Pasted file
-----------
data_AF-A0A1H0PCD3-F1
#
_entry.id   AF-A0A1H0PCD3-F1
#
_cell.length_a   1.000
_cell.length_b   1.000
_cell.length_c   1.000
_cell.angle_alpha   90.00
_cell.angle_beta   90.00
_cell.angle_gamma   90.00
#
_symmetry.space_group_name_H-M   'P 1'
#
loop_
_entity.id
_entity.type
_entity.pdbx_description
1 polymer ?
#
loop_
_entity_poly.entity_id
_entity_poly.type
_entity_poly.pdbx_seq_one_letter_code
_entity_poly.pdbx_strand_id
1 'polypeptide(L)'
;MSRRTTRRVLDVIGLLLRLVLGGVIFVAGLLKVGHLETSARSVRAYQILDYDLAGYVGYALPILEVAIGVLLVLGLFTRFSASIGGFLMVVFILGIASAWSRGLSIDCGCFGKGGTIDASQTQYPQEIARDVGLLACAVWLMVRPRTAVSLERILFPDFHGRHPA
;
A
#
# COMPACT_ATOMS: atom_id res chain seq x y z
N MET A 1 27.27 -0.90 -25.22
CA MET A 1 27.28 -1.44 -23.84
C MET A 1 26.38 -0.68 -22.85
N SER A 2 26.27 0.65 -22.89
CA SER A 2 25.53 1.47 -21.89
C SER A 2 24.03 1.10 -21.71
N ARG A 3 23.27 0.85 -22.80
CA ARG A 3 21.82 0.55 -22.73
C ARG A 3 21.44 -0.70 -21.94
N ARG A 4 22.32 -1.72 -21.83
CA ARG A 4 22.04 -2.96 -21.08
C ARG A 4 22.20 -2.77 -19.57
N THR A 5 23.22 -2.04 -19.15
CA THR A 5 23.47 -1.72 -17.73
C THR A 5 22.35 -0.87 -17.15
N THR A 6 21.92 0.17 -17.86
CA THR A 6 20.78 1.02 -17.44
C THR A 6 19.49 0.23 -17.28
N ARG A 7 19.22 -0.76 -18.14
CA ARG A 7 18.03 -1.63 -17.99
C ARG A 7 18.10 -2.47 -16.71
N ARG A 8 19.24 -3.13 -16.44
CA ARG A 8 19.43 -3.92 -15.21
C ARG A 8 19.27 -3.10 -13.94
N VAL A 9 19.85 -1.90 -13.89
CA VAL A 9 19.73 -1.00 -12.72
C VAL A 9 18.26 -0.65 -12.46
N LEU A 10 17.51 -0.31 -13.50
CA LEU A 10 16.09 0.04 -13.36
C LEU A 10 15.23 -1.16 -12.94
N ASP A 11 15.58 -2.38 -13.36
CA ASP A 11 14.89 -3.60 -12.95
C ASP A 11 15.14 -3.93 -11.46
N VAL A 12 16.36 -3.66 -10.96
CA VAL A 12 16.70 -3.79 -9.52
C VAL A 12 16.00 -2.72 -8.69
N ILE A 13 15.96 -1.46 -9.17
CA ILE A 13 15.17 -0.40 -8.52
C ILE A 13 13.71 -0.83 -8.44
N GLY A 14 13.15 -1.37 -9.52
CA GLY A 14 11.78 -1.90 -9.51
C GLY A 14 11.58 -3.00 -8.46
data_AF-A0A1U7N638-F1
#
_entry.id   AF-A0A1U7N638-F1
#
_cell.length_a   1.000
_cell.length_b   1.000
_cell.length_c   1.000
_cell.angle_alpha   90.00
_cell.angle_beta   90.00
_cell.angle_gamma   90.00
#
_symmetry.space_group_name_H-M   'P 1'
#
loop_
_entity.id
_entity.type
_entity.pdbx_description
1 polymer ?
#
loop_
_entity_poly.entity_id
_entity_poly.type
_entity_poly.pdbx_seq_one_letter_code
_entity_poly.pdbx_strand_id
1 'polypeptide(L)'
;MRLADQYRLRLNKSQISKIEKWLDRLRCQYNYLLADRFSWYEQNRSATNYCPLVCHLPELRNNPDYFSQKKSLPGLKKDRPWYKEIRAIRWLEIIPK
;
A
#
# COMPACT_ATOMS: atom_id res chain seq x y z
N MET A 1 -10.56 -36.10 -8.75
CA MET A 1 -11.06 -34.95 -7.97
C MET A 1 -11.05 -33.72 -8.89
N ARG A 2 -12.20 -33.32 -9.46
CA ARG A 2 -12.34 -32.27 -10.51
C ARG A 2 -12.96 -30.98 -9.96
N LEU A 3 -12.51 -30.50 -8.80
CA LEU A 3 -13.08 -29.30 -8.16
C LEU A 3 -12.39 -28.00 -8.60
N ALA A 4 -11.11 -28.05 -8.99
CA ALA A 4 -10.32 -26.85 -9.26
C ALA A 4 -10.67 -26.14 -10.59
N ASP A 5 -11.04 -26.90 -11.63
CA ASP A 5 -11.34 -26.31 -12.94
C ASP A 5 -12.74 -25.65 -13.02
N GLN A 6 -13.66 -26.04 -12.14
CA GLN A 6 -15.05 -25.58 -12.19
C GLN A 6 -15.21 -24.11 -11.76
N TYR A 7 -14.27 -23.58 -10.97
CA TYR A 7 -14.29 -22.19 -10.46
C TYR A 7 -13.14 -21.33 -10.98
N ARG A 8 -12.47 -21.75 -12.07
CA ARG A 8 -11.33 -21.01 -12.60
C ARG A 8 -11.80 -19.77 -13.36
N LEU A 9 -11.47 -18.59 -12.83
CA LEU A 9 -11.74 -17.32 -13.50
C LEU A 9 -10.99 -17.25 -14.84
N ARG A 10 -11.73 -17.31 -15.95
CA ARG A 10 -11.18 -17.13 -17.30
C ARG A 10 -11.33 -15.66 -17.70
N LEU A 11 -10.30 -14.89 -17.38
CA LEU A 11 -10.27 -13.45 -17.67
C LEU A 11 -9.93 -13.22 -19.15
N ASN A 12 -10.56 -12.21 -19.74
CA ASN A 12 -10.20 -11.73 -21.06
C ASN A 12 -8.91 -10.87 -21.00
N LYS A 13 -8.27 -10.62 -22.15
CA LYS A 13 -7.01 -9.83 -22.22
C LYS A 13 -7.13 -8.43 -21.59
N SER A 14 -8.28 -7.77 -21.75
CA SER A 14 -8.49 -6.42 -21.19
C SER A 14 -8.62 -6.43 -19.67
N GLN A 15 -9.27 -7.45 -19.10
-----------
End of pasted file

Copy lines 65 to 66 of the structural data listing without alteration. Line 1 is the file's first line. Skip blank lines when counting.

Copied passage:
CA VAL A 12 16.70 -3.79 -9.52
C VAL A 12 16.00 -2.72 -8.69